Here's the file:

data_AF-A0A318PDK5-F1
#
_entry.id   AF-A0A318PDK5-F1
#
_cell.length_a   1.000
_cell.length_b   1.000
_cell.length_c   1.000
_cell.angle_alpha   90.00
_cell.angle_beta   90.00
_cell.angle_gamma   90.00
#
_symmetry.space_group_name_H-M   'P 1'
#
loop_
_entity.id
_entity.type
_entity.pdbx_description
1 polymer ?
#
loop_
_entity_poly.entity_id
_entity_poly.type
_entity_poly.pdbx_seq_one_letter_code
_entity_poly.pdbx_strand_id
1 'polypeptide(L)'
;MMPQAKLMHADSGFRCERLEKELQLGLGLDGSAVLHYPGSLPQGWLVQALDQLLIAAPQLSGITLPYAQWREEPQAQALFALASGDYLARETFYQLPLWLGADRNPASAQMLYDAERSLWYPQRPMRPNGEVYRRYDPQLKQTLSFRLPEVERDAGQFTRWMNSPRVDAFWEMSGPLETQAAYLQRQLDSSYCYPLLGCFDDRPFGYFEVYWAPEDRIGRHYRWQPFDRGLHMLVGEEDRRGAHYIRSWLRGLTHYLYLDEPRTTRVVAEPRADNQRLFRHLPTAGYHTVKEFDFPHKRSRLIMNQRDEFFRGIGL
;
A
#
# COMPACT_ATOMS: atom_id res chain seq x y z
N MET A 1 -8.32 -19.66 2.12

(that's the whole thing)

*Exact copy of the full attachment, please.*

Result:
data_AF-A0A318PDK5-F1
#
_entry.id   AF-A0A318PDK5-F1
#
_cell.length_a   1.000
_cell.length_b   1.000
_cell.length_c   1.000
_cell.angle_alpha   90.00
_cell.angle_beta   90.00
_cell.angle_gamma   90.00
#
_symmetry.space_group_name_H-M   'P 1'
#
loop_
_entity.id
_entity.type
_entity.pdbx_description
1 polymer ?
#
loop_
_entity_poly.entity_id
_entity_poly.type
_entity_poly.pdbx_seq_one_letter_code
_entity_poly.pdbx_strand_id
1 'polypeptide(L)'
;MMPQAKLMHADSGFRCERLEKELQLGLGLDGSAVLHYPGSLPQGWLVQALDQLLIAAPQLSGITLPYAQWREEPQAQALFALASGDYLARETFYQLPLWLGADRNPASAQMLYDAERSLWYPQRPMRPNGEVYRRYDPQLKQTLSFRLPEVERDAGQFTRWMNSPRVDAFWEMSGPLETQAAYLQRQLDSSYCYPLLGCFDDRPFGYFEVYWAPEDRIGRHYRWQPFDRGLHMLVGEEDRRGAHYIRSWLRGLTHYLYLDEPRTTRVVAEPRADNQRLFRHLPTAGYHTVKEFDFPHKRSRLIMNQRDEFFRGIGL
;
A
#
# COMPACT_ATOMS: atom_id res chain seq x y z
N MET A 1 -8.32 -19.66 2.12